Why is New York one of the hottest destinations for Gulf property investors?
Investors from region splurge $300mln on commercial towers in 2019
in The Statue of Liberty stands in the foreground as Lower Manhattan is viewed at dusk, September 8, 2016 in New York City.
By Cleofe Maceda, ZAWYA
Investors in the Middle East are snapping up properties in New York City (NYC) and selling them for higher profits, or using them for long-term investments, as real estate returns in the city remain among the world’s highest.
According to data supplied by Level.ae, an Abu Dhabi-based tax consultancy firm, buyers from the region purchased close to $300 million worth of commercial assets in the city last year, with Kuwait and UAE investors topping the list of transactions.
Some of these deals include a high-rise midtown Manhattan tower and the iconic Coca-Cola Building on 5th Avenue. One buyer also acquired the entire floor of a commercial office tower in the city.
Historically, New York has been one of the destinations for foreign investors, not only because it offers high rental returns, but because properties there tend to get pricier every time they change hands.
Level.ae extracted a list of the 20 biggest transactions closed by foreign buyers during 2019.
Out of the 20 biggest deals in 2019, Middle Eastern buyers claimed five, putting them among the biggest foreign investors in New York. Investors from Europe, however, stole the show, with 11 deals closed during the last year, while Asian investors were mostly absent from the list.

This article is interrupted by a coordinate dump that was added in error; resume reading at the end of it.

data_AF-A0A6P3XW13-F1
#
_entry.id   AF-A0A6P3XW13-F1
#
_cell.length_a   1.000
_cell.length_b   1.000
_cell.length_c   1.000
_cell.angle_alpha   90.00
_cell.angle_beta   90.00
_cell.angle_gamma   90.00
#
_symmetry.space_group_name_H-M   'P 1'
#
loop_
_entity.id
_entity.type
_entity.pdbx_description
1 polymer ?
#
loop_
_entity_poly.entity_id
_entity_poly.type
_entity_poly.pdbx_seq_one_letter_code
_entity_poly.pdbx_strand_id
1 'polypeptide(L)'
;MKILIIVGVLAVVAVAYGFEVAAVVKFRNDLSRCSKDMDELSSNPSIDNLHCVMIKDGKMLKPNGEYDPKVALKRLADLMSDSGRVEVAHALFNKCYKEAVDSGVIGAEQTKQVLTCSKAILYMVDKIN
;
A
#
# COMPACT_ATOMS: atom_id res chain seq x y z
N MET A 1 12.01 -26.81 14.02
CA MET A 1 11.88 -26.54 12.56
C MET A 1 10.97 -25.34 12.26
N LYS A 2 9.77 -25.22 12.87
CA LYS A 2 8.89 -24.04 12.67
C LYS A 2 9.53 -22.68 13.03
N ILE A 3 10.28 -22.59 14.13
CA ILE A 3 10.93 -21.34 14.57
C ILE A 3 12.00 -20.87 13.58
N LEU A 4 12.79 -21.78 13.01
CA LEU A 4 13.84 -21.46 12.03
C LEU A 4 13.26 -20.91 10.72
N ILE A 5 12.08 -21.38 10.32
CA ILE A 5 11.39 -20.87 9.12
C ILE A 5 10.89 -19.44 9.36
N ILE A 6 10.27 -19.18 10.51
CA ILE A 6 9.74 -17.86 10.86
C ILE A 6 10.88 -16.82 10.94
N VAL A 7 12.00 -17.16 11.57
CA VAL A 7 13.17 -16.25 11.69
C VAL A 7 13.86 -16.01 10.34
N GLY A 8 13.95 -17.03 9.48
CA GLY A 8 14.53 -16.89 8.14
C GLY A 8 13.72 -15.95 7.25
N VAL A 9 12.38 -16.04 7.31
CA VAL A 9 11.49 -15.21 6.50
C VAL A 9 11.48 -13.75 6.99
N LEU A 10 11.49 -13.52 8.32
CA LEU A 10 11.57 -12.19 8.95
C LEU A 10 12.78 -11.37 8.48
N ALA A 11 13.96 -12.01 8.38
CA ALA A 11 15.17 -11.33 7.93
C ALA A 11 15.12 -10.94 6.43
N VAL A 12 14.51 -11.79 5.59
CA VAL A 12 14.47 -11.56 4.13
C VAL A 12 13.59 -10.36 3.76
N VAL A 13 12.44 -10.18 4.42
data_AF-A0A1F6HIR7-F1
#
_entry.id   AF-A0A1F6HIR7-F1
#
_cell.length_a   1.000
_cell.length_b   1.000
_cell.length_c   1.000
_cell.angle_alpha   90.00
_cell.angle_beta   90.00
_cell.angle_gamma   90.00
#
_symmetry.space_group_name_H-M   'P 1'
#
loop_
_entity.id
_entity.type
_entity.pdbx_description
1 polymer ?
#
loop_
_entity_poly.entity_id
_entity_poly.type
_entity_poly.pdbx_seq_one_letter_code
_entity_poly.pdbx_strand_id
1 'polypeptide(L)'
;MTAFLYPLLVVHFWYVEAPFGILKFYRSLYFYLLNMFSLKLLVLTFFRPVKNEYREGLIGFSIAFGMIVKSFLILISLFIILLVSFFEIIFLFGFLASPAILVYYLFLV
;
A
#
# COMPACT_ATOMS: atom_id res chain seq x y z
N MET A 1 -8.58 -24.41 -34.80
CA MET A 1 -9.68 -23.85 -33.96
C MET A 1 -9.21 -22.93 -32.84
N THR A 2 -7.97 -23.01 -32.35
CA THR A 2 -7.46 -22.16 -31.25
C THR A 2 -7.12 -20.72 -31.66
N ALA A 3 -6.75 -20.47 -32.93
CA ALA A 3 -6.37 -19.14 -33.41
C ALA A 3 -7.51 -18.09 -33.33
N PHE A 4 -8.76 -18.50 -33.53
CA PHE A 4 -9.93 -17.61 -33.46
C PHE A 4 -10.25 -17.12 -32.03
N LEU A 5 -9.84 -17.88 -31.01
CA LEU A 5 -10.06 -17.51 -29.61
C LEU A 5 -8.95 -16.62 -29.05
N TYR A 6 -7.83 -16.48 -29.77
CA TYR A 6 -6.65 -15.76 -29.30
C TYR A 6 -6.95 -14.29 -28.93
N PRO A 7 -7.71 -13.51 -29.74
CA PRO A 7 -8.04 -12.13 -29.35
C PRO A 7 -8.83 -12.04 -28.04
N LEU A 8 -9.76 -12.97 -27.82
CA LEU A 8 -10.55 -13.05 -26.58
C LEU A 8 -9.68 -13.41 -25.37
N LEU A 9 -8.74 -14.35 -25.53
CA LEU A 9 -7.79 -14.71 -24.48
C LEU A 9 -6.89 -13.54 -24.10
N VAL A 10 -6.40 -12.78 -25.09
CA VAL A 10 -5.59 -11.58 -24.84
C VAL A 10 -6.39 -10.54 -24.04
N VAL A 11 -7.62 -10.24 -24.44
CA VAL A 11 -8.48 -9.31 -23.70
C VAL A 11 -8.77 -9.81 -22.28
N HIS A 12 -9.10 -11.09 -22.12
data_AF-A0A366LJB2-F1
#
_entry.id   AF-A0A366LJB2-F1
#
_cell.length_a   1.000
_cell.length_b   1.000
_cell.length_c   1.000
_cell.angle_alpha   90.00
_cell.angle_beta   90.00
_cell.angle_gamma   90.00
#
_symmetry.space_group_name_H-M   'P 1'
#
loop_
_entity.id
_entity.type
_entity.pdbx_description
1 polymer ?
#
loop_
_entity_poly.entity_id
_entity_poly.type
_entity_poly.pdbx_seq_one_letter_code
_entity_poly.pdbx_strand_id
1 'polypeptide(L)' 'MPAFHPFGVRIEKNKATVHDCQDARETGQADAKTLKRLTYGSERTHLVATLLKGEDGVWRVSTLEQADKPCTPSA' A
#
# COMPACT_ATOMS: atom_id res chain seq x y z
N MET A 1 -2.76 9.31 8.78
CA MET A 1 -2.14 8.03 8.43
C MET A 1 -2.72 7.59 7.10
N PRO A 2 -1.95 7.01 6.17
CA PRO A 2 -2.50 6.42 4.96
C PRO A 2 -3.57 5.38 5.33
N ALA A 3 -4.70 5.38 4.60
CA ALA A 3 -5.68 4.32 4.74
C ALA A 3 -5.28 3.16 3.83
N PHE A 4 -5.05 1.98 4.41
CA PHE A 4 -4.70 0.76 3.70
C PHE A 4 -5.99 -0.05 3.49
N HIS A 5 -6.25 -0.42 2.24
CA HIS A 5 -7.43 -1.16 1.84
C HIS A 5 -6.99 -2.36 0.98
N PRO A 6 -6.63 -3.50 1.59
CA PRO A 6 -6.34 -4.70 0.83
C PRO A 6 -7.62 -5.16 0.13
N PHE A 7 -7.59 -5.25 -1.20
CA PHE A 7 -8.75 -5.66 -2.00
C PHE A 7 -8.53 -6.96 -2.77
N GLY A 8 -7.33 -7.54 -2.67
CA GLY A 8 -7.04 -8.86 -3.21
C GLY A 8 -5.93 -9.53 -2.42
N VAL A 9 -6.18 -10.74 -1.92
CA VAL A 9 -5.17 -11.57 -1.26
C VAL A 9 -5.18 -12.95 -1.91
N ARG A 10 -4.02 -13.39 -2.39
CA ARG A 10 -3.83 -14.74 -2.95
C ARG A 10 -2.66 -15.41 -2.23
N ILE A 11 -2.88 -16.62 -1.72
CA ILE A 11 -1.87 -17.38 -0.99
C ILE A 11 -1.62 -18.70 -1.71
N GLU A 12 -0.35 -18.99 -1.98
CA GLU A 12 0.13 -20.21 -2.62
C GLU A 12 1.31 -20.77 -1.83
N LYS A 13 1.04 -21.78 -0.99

According to Omar Kamal, the managing director at Level.ae, investors from the Middle East are attracted by the high returns offered by properties in New York.
“The returns [in this market] are higher than in the Middle East region, and New York commercial properties are a better long-term investment since they tend to get pricier with each sale,” Kamal told Zawya.
“Rents are also very high in NYC, and there will always be high demand for office space in the city, so it’s a safe bet on that part, too. Not to mention that owning commercial property in NYC tends to bring prestige to any business,” he added.
In August last year, a partnership of Wafra Capital Partners, a subsidiary of Kuwait-based Wafra Inc., and Nightingale Group, acquired the Coca-Cola Building on 5th Avenue for $909 million. However, a month later, the Kuwaiti investor and its partner sold the same property for $28 million more, at $937 million.
The world’s largest sovereign wealth fund, Abu Dhabi Investment Authority (ADIA) buying Vornado Realty Trust’s 25 percent stake in a 39-story Manhattan office tower for $100 million was the next major sale.
Consequently, in November, ADIA sold the property to Germany-based Munich Re for $875 million.
Another investor from the region, the Qatar-based Alduwaliya Asset Management, closed two major office deals in Manhattan last year for a sum of $138.1 million.
Saudi Arabia spent $59.2 million in July to purchase the entire sixth floor of United Nations Plaza from The Carlyle Group.
NYC real estate investments, yields
As of July 2019, New York was the 7th most expensive city for buying a home, just behind Hong Kong, Singapore, Shanghai, Vancouver, Shenzhen and Los Angeles, according to CBRE’s fifth annual Global Living report.
According to real estate services provider Savills, the total real estate investments in New York reached $33 billion during the first six months of 2019, making it the most popular place for property investors.
In terms of rental yields, data from Global Property Guide showed that New York, which has a rental yield of 2.91 percent per annum offers more returns than in many markets around the world, including London (2.76 percent) and Shanghai (2.1 percent), but it still lags behind Dubai, which has a rental yield of 5.19 percent.
(Reporting by Cleofe Maceda; editing by Seban Scaria)
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